Article 10 Rights v Article 8 Rights: Tickle v Father & Ors [2023] EWHC 2446 (Fam) (05 October 2023)

This was an appeal within private law proceedings concerning rights under Article 10 ECHR to report and the child & family’s Article 8 rights to privacy. There were 4 parties – the appellant journalist (who shall be referred to as “LT”), the father, the mother and the child.

At a final hearing on 22nd August 2023 concerning the child, LT attended court – this was Day 2 of the final hearing. Another member of the press had sought to attend the hearing on Day 1 but the judge had refused. On 22nd August 2022 the judge heard a number of arguments including an argument in respect of LT’s attendance, which was opposed by the F and Guardian unsuccessfully, and LT’s application for the relaxation of reporting restrictions to permit reporting of the hearing (only to report what had happened at the hearing in terms of procedural and systemic issues rather than the substantive issues and evidence); the latter argument was adjourned (supported by the F and the Guardian).

LT appealed against the adjournment of her application.

At paragraph 22 of the judgment Mrs Justice Lieven DBE reminds us of the law to be applied, summarised as follows:

  • Proceedings concerning children in the Family Court are ordinarily heard in private
  • The publication and/or communication of information relating to the proceedings and/or the identification of the child concerned are restricted by virtue of s.12(1) of the Administration of Justice Act 1960 ("AJA"), and s.97(2) of the Children Act 1989 ("CA").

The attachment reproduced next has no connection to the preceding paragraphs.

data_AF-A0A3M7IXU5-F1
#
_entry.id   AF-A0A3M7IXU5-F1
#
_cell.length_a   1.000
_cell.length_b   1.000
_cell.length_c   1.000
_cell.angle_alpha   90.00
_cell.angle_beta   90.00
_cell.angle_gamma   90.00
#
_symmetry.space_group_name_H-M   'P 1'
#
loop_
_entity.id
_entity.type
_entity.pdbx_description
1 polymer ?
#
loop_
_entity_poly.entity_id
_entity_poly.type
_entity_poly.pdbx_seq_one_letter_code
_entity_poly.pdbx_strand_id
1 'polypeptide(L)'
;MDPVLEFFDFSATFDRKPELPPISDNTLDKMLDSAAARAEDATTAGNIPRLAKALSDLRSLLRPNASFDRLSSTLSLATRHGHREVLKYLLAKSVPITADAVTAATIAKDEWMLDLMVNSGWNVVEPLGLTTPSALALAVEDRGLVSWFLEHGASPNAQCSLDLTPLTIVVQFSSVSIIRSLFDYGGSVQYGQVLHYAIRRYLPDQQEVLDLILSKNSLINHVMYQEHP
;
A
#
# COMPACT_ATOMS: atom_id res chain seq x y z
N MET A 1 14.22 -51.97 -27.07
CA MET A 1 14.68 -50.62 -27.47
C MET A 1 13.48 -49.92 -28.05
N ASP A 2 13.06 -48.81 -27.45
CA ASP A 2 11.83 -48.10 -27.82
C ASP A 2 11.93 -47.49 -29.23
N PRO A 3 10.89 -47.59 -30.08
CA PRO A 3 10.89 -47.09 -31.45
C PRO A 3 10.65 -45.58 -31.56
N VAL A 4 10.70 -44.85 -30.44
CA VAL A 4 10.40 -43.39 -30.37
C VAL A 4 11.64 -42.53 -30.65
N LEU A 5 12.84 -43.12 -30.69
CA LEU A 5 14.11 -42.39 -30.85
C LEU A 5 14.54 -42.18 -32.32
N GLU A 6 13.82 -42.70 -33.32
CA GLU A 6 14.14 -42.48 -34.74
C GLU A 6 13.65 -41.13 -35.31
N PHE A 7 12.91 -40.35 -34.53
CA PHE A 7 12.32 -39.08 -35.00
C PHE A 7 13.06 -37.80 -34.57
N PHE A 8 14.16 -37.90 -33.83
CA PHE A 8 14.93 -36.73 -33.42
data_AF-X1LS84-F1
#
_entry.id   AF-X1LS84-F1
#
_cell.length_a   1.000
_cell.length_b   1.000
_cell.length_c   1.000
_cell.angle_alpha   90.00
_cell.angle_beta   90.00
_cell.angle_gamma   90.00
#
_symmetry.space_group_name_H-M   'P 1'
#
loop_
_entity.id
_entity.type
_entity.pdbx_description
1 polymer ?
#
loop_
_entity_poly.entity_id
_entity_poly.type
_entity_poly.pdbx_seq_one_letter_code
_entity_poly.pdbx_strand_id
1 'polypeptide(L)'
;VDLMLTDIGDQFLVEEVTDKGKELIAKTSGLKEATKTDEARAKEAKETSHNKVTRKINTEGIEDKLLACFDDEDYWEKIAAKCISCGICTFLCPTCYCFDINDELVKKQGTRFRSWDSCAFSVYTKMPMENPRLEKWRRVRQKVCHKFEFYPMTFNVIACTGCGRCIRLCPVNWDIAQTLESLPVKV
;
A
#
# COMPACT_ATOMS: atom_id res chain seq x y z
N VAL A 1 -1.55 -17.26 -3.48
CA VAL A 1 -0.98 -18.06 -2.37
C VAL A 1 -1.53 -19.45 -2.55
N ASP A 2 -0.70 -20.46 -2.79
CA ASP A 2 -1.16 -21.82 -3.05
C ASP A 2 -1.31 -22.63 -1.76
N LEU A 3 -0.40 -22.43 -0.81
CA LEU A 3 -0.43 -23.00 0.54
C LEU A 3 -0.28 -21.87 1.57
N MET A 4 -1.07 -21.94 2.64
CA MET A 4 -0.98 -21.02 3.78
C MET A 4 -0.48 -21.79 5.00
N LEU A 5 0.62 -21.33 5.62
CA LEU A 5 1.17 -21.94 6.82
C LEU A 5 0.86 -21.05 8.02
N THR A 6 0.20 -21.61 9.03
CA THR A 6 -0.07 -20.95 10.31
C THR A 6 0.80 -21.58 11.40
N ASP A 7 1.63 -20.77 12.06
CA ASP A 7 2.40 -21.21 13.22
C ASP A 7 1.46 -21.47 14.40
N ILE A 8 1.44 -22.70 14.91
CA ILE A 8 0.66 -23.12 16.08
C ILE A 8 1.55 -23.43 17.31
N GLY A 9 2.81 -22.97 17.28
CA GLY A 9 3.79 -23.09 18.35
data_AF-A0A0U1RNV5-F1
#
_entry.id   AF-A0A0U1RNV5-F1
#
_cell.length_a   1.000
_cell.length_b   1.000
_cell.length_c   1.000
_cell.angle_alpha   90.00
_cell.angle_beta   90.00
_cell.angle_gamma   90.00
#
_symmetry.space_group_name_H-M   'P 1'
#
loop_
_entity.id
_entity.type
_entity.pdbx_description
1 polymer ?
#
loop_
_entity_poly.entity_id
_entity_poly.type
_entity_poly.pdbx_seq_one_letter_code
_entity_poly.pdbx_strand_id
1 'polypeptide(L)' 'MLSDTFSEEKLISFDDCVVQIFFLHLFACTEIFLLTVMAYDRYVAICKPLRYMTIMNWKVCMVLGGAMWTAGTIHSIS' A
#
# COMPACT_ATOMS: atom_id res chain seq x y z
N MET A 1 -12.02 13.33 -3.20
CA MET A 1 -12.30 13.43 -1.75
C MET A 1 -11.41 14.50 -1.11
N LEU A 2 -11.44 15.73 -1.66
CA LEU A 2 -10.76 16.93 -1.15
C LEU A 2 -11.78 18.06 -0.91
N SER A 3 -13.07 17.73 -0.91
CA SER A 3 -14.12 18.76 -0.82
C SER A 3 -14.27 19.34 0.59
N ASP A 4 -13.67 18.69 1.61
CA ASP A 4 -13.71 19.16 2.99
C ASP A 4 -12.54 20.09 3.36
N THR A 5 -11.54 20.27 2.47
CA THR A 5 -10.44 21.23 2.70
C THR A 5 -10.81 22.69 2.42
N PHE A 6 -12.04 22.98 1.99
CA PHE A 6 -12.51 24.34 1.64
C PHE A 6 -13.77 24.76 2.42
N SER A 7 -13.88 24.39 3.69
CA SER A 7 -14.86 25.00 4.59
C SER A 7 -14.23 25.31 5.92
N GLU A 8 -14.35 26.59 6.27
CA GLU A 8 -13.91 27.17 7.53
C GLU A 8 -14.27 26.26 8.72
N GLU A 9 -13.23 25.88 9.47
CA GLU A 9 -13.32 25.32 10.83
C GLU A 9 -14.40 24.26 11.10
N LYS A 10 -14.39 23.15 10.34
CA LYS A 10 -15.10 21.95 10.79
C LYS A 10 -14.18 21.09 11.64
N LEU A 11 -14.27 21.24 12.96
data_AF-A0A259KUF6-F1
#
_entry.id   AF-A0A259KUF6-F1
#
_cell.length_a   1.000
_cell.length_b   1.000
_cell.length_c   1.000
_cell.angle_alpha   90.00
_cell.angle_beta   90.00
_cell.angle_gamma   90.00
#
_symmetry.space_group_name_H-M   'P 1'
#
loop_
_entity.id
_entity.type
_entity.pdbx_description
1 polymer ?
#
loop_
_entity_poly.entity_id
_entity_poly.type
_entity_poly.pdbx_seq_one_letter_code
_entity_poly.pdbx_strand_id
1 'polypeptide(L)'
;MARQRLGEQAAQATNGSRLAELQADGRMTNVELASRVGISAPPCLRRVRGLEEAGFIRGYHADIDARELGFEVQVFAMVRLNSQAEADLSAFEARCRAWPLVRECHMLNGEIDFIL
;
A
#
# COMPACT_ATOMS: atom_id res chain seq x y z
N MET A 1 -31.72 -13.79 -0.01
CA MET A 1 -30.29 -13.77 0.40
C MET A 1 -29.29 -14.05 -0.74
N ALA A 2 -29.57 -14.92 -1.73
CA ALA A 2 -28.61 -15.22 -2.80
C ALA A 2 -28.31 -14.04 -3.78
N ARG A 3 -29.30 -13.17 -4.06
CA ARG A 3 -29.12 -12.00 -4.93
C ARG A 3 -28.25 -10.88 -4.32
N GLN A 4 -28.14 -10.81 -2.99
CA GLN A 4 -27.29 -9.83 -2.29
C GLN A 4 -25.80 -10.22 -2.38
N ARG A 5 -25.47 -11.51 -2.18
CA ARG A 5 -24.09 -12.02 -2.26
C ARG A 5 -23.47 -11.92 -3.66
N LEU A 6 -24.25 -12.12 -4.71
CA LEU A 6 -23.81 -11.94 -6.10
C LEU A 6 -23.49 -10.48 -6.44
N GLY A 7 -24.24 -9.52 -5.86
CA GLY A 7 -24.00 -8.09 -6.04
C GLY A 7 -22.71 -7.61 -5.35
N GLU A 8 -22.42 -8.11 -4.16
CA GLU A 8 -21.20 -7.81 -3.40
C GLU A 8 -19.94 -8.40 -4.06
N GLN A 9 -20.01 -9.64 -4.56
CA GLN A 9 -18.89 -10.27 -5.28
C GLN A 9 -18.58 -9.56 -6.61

• S.97(4) CA has been held to provide a basis for the relaxation of reporting restrictions, and information may be communicated "where the court gives permission" in accordance with r.12.73(1)(b) FPR.
  • By virtue of r.27.11(2)(f) FPR "duly accredited representatives of news gathering and reporting organisations" are permitted to be present at "any hearing" notwithstanding that the proceedings are "held in private".
  • A court may direct that a journalist, otherwise permitted to attend by virtue of r.27.11(2)(f), "shall not attend the proceedings or any part of them" where satisfied that this is "necessary" on the basis of one of the four conditions set out at r.27.11(3)(a) and (b).
  • The issue of publication of a judgment, and consequential reporting, was considered by the Court of Appeal in Griffiths v Tickle & Ors [2021] EWCA Civ 1882.
  • The nature of the exercise to be undertaken, and the issue requiring 'intense focus' was summarised in the following terms in Griffiths v Tickle & Ors: "71. The critical question, therefore, is whether the best interests of the child, treated as a primary consideration, are weighty enough to justify maintaining that fetter, during the course of the proceedings under s 97(2) Children Act, and indefinitely as a consequence of s 12 AJA. Put another way, do the child's best interests make it necessary and proportionate to impose those restrictions on the Article 8 and 10 rights relied on by the applicants and the mother? …"

At paragraphs 30-32 of the judgment, the court refers to the Guidance produced by the President of the Family Division, issued on 3 October 2019, 'Guidance as to Reporting in the Family Courts'. Furthermore, we are reminded of the importance of open justice at paragraph 34.

Mrs Justice Lieven DBE concludes by setting out some relevant principles to be applied when approaching an application for reporting of a Family Court hearing:

  1. Firstly, although Family Court proceedings are normally held in private the press and legal bloggers are entitled to attend under FPR27.11(2)(f).
  2. Secondly, such a person can be excluded, but only where it is "necessary" in the interests of the child, the safety or protection of parties or others, or the orderly conduct of proceedings, FPR27.11(3).
  3. Thirdly, in approaching the test of "necessity", what was said in Re H-L (a child), albeit in a different legal context, is a useful guide.